U.S. Defense Secretary Chuck Hagel has directed Army Gen. Martin Dempsey, chairman of the Joint Chiefs of Staff, to conduct a review of military strategy in light of anticipated defense budget cuts extending over the next decade. Concurrently, the congressionally directed Quadrennial Defense Review, which has a similar objective, is underway.
Both of these reviews offer a unique opportunity for U.S. military forces to become more effective despite the inevitable funding cuts. How so? By embracing the concept of interdependence through reduced duplication and redundancy in our military services, a noble goal of the 1986 Goldwater-Nichols Act that has never fully taken hold in the Pentagon.
The usual way these studies take shape is for each military service to review its forces in light of future threat scenarios and project what capabilities and forces are needed to deal with each scenario within expected budgets. The inevitable result is a reduction of forces in each service, but little or no effort to look horizontally across the services to identify and eliminate redundant capabilities.
These two reviews should shun this conventional methodology and instead require each service to identify redundant capabilities residing in the other services that rightfully belong within the roles and missions of one service.
The principle of interdependence was supposed to be the heart and soul of Goldwater-Nichols: to force the services to work together in seamless, joint operations, not as independent operators, but with each supporting the joint team by providing forces without duplication.
Relying on each other’s core capabilities would result in a more effective joint force at lower costs. But over the years, service parochialism and a shortage of trust have trumped interdependence, leaving significant duplicative forces across the military, particularly in airpower and special operations.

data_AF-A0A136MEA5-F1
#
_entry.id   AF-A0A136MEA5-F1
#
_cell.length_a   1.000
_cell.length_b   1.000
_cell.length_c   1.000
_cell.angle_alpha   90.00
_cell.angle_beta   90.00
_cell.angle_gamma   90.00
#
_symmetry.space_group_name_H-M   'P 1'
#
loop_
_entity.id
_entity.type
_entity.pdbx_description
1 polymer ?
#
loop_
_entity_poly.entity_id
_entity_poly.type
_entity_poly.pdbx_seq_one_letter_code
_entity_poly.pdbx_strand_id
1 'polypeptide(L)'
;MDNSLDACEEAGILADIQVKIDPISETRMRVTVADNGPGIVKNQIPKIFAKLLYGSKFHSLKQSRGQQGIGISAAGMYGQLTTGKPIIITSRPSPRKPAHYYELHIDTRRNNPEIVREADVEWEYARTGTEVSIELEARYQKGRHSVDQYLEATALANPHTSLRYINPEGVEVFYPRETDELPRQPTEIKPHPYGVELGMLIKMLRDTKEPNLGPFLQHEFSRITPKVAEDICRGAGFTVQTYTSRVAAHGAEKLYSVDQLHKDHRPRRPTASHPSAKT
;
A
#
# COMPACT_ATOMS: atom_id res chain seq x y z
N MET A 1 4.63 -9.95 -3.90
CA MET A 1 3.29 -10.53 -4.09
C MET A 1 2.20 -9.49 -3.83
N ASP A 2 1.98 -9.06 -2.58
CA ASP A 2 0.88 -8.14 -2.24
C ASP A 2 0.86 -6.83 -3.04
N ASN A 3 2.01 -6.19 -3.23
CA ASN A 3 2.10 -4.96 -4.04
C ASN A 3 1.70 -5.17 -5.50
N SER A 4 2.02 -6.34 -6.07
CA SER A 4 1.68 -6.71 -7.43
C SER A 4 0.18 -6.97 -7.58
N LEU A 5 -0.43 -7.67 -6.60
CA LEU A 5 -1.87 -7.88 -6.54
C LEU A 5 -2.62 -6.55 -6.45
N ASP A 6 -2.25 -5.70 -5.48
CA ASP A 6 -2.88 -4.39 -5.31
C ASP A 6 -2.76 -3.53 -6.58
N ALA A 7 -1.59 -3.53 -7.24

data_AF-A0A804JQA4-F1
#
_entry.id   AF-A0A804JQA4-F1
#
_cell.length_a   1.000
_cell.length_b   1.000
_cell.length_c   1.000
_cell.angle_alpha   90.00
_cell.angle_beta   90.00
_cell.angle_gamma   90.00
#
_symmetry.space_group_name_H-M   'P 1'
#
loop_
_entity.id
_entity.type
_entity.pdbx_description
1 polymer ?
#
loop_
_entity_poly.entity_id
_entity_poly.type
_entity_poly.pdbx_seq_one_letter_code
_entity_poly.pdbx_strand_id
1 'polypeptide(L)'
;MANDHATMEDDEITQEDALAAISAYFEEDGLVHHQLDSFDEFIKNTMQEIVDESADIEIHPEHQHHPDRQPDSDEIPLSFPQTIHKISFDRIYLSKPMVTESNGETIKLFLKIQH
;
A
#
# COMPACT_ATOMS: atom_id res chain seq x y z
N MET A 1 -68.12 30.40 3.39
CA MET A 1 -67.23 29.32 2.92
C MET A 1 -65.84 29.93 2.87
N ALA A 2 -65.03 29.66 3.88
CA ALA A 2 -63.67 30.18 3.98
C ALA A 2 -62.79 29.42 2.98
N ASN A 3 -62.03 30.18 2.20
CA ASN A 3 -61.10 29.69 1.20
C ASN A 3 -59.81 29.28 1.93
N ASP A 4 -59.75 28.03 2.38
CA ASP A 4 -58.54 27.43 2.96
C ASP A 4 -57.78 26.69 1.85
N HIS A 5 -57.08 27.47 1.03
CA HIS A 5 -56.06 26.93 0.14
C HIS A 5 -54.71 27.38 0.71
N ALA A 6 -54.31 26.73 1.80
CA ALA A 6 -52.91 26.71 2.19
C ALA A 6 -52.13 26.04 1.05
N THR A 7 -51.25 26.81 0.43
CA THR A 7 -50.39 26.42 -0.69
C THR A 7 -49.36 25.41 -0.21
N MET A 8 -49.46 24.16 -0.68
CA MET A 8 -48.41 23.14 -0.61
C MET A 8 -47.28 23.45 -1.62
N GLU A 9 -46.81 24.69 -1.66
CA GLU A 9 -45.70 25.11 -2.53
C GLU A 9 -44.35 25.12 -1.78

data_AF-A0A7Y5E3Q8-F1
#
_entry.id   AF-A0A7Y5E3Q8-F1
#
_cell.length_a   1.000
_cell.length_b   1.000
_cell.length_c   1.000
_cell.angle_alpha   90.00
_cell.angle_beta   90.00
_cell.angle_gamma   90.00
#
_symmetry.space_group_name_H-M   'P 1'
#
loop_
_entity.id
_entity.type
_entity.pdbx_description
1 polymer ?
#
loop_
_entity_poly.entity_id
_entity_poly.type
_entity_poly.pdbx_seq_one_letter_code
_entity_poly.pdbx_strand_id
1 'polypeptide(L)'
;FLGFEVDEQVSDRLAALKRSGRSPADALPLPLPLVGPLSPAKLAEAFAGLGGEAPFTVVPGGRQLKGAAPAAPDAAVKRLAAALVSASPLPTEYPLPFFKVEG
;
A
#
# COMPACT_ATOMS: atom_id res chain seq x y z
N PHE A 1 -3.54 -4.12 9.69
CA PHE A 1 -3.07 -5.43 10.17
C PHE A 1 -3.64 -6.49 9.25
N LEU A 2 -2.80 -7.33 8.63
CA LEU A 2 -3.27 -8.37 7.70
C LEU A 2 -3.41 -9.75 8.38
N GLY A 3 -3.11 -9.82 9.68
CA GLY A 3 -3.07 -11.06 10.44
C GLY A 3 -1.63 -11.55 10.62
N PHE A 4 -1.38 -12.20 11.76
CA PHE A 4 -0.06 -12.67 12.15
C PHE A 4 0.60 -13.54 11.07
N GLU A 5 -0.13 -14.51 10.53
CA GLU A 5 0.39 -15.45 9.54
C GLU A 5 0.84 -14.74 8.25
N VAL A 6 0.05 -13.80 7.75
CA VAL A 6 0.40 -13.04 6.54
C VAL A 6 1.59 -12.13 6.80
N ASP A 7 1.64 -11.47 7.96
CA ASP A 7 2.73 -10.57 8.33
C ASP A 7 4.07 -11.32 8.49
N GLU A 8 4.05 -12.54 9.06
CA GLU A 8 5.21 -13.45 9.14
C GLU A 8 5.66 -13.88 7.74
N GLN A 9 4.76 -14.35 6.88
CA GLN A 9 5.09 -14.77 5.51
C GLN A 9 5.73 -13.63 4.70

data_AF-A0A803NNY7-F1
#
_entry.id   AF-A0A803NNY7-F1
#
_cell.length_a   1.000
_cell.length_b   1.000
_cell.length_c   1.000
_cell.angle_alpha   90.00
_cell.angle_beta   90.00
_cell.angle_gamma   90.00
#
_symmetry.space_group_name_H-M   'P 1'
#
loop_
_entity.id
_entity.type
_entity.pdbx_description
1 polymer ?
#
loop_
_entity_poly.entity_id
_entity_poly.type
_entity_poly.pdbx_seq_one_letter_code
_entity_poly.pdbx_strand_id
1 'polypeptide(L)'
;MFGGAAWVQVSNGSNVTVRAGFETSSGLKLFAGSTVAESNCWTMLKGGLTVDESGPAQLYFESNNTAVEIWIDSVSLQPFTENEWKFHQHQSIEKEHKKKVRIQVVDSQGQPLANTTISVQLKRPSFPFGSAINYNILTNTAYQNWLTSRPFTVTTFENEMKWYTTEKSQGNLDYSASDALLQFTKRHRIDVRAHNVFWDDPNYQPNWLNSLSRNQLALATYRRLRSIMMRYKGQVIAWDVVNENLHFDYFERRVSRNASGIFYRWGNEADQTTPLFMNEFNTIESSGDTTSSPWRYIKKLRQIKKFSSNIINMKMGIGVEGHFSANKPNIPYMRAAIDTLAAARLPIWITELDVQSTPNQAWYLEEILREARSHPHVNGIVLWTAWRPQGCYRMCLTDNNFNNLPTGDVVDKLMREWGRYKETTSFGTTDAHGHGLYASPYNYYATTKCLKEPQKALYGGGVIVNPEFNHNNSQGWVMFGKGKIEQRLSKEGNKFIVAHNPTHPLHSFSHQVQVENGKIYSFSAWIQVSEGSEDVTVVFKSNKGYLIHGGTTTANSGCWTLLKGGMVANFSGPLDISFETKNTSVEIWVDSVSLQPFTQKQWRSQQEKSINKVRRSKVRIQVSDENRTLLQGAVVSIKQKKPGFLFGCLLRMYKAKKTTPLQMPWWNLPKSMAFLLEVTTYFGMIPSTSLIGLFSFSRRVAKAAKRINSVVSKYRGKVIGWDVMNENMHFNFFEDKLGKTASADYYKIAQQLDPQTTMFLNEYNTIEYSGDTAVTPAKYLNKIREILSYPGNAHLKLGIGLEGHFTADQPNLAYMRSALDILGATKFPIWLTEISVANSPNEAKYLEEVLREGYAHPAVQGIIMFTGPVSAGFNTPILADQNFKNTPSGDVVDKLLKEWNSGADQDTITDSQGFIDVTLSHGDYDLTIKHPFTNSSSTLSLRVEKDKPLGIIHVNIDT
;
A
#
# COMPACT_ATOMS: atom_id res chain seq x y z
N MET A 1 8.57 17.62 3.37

To be sure, there are isolated cases of joint service cooperation but they are few and do not generate big savings. The Air Force and Navy have an agreement for air and sea battle strategies to avoid duplication in new programs, but not existing forces. The Air Force and Army have agreed on the ownership and operation of some unmanned aircraft, but even that agreement seems to be unraveling as the Army seeks more UAVs.
The Marines and the Navy have taken some steps to reduce duplication in their air forces. And all services have combined some training programs under a single, executive service. But these merely scratch the surface of this problem. To meet future budget targets, forcing interdependence is a fertile area to mine.
The former chairman of the Senate Armed Services Committee, Sen. Sam Nunn, was famous for asking senior generals and admirals appearing as witnesses, “Why do we have four air forces?” Air Force witnesses gave a straightforward answer, explaining that it was a full-service Air Force embracing the full spectrum of roles and missions required for dominance in air and space power and to support the other services.
But it was amusing to watch witnesses from the Army, Navy and Marine Corps employ emotion and tortured logic to defend their air forces. There may be valid reasons for duplication in airpower, but should not these major reviews force a fresh and deep look to eliminate unnecessary duplication and enforce interdependence?
The country faces a dilemma. The world is becoming more dangerous as time passes, with terrorism continuing to rise across Africa, Europe and the Middle East, while the vast Asia-Pacific region includes nations with expansionist goals and anti-access defenses that threaten our security. At the same time, our military forces face budget cuts that, without some restructuring, will diminish our capabilities to lead and deal with these global threats as we have in our past.
But resolving this dilemma need not create a less capable force. The nation would be better served if each of the armed services focused on its core mission and not try to overlap in capabilities. Enforcing interdependence in all mission areas, especially airpower and special operations, would allow the nation to retain its global military superiority while facing steep budget cuts to defense.
Even a rich and profligate nation cannot afford the duplication in capabilities that exist in our armed services. Our nation is not as rich and should not be as profligate as in the past. We can no longer afford this luxury. Interdependence is a long overdue solution.
Retired Gen. John Michael Loh is a former U.S. Air Force vice chief of staff and former commander of Air Combat Command. He consults for several defense contractors.